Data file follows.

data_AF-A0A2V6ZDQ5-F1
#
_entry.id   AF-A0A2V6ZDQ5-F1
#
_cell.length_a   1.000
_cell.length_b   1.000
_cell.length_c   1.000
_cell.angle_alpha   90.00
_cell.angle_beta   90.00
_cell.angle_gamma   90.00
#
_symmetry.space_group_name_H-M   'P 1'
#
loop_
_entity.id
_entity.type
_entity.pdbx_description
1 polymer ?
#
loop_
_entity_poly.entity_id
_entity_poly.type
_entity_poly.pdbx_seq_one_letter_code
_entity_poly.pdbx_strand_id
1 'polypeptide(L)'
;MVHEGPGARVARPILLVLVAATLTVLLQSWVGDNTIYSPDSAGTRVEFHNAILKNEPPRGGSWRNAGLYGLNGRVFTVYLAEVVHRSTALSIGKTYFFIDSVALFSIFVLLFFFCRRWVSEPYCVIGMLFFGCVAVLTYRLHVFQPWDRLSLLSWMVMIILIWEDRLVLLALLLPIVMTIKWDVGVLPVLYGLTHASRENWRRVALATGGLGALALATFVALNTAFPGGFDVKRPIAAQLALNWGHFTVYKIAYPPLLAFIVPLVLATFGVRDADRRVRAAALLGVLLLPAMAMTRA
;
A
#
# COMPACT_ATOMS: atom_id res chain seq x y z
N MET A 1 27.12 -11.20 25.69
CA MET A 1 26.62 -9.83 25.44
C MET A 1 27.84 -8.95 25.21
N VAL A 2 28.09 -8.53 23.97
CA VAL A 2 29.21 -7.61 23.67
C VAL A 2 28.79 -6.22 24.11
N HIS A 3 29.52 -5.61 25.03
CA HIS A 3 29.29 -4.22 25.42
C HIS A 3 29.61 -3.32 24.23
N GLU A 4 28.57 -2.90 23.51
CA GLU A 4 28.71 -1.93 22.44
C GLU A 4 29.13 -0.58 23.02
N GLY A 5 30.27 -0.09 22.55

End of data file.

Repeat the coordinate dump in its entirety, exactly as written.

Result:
data_AF-A0A2V6ZDQ5-F1
#
_entry.id   AF-A0A2V6ZDQ5-F1
#
_cell.length_a   1.000
_cell.length_b   1.000
_cell.length_c   1.000
_cell.angle_alpha   90.00
_cell.angle_beta   90.00
_cell.angle_gamma   90.00
#
_symmetry.space_group_name_H-M   'P 1'
#
loop_
_entity.id
_entity.type
_entity.pdbx_description
1 polymer ?
#
loop_
_entity_poly.entity_id
_entity_poly.type
_entity_poly.pdbx_seq_one_letter_code
_entity_poly.pdbx_strand_id
1 'polypeptide(L)'
;MVHEGPGARVARPILLVLVAATLTVLLQSWVGDNTIYSPDSAGTRVEFHNAILKNEPPRGGSWRNAGLYGLNGRVFTVYLAEVVHRSTALSIGKTYFFIDSVALFSIFVLLFFFCRRWVSEPYCVIGMLFFGCVAVLTYRLHVFQPWDRLSLLSWMVMIILIWEDRLVLLALLLPIVMTIKWDVGVLPVLYGLTHASRENWRRVALATGGLGALALATFVALNTAFPGGFDVKRPIAAQLALNWGHFTVYKIAYPPLLAFIVPLVLATFGVRDADRRVRAAALLGVLLLPAMAMTRA
;
A
#
# COMPACT_ATOMS: atom_id res chain seq x y z
N MET A 1 27.12 -11.20 25.69
CA MET A 1 26.62 -9.83 25.44
C MET A 1 27.84 -8.95 25.21
N VAL A 2 28.09 -8.53 23.97
CA VAL A 2 29.21 -7.61 23.67
C VAL A 2 28.79 -6.22 24.11
N HIS A 3 29.52 -5.61 25.03
CA HIS A 3 29.29 -4.22 25.42
C HIS A 3 29.61 -3.32 24.23
N GLU A 4 28.57 -2.90 23.51
CA GLU A 4 28.71 -1.93 22.44
C GLU A 4 29.13 -0.58 23.02
N GLY A 5 30.27 -0.09 22.55